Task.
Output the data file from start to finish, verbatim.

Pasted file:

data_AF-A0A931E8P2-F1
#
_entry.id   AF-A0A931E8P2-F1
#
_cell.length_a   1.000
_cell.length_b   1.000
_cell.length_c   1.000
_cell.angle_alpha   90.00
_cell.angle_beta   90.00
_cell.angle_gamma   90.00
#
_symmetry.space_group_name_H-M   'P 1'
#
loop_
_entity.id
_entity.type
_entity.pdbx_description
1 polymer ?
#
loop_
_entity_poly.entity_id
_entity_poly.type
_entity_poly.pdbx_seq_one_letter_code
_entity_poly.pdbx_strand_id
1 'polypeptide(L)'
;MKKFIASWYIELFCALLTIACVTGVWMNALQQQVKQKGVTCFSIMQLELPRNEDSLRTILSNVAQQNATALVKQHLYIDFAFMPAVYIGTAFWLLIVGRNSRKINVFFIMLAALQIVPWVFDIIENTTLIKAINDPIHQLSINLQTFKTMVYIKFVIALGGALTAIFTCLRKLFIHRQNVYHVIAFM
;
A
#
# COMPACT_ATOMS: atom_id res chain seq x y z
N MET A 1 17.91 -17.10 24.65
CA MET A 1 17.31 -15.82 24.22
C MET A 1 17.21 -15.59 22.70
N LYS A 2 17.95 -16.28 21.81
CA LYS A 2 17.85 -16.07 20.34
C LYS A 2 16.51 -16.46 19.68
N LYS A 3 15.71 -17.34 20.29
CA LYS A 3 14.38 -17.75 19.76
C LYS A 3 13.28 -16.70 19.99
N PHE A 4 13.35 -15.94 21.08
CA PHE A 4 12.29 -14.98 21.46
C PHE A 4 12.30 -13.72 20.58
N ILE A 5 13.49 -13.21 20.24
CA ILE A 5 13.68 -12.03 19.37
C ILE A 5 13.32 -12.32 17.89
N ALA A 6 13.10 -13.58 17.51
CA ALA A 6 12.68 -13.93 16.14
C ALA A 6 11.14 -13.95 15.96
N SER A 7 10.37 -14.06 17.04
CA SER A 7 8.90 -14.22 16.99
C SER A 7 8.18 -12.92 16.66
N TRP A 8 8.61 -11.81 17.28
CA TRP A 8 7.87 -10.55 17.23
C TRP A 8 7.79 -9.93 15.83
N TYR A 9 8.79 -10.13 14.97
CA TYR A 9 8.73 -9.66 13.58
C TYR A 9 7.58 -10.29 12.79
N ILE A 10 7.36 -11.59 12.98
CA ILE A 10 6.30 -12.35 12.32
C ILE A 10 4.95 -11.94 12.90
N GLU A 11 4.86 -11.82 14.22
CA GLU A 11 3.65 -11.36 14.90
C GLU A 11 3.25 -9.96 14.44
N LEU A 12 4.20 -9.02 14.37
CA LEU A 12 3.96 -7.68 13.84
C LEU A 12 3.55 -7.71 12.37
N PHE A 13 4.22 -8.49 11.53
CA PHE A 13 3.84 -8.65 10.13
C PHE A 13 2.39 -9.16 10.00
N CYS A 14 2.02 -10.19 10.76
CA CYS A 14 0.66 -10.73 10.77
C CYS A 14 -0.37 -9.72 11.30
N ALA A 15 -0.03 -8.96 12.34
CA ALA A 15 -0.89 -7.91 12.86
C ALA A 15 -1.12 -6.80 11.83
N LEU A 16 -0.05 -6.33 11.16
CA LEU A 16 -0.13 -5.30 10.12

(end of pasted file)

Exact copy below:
data_AF-A0A931E8P2-F1
#
_entry.id   AF-A0A931E8P2-F1
#
_cell.length_a   1.000
_cell.length_b   1.000
_cell.length_c   1.000
_cell.angle_alpha   90.00
_cell.angle_beta   90.00
_cell.angle_gamma   90.00
#
_symmetry.space_group_name_H-M   'P 1'
#
loop_
_entity.id
_entity.type
_entity.pdbx_description
1 polymer ?
#
loop_
_entity_poly.entity_id
_entity_poly.type
_entity_poly.pdbx_seq_one_letter_code
_entity_poly.pdbx_strand_id
1 'polypeptide(L)'
;MKKFIASWYIELFCALLTIACVTGVWMNALQQQVKQKGVTCFSIMQLELPRNEDSLRTILSNVAQQNATALVKQHLYIDFAFMPAVYIGTAFWLLIVGRNSRKINVFFIMLAALQIVPWVFDIIENTTLIKAINDPIHQLSINLQTFKTMVYIKFVIALGGALTAIFTCLRKLFIHRQNVYHVIAFM
;
A
#
# COMPACT_ATOMS: atom_id res chain seq x y z
N MET A 1 17.91 -17.10 24.65
CA MET A 1 17.31 -15.82 24.22
C MET A 1 17.21 -15.59 22.70
N LYS A 2 17.95 -16.28 21.81
CA LYS A 2 17.85 -16.07 20.34
C LYS A 2 16.51 -16.46 19.68
N LYS A 3 15.71 -17.34 20.29
CA LYS A 3 14.38 -17.75 19.76
C LYS A 3 13.28 -16.70 19.99
N PHE A 4 13.35 -15.94 21.08
CA PHE A 4 12.29 -14.98 21.46
C PHE A 4 12.30 -13.72 20.58
N ILE A 5 13.49 -13.21 20.24
CA ILE A 5 13.68 -12.03 19.37
C ILE A 5 13.32 -12.32 17.89
N ALA A 6 13.10 -13.58 17.51
CA ALA A 6 12.68 -13.93 16.14
C ALA A 6 11.14 -13.95 15.96
N SER A 7 10.37 -14.06 17.04
CA SER A 7 8.90 -14.22 16.99
C SER A 7 8.18 -12.92 16.66
N TRP A 8 8.61 -11.81 17.28
CA TRP A 8 7.87 -10.55 17.23
C TRP A 8 7.79 -9.93 15.83
N TYR A 9 8.79 -10.13 14.97
CA TYR A 9 8.73 -9.66 13.58
C TYR A 9 7.58 -10.29 12.79
N ILE A 10 7.36 -11.59 12.98
CA ILE A 10 6.30 -12.35 12.32
C ILE A 10 4.95 -11.94 12.90
N GLU A 11 4.86 -11.82 14.22
CA GLU A 11 3.65 -11.36 14.90
C GLU A 11 3.25 -9.96 14.44
N LEU A 12 4.20 -9.02 14.37
CA LEU A 12 3.96 -7.68 13.84
C LEU A 12 3.55 -7.71 12.37
N PHE A 13 4.22 -8.49 11.53
CA PHE A 13 3.84 -8.65 10.13
C PHE A 13 2.39 -9.16 10.00
N CYS A 14 2.02 -10.19 10.76
CA CYS A 14 0.66 -10.73 10.77
C CYS A 14 -0.37 -9.72 11.30
N ALA A 15 -0.03 -8.96 12.34
CA ALA A 15 -0.89 -7.91 12.86
C ALA A 15 -1.12 -6.80 11.83
N LEU A 16 -0.05 -6.33 11.16
CA LEU A 16 -0.13 -5.30 10.12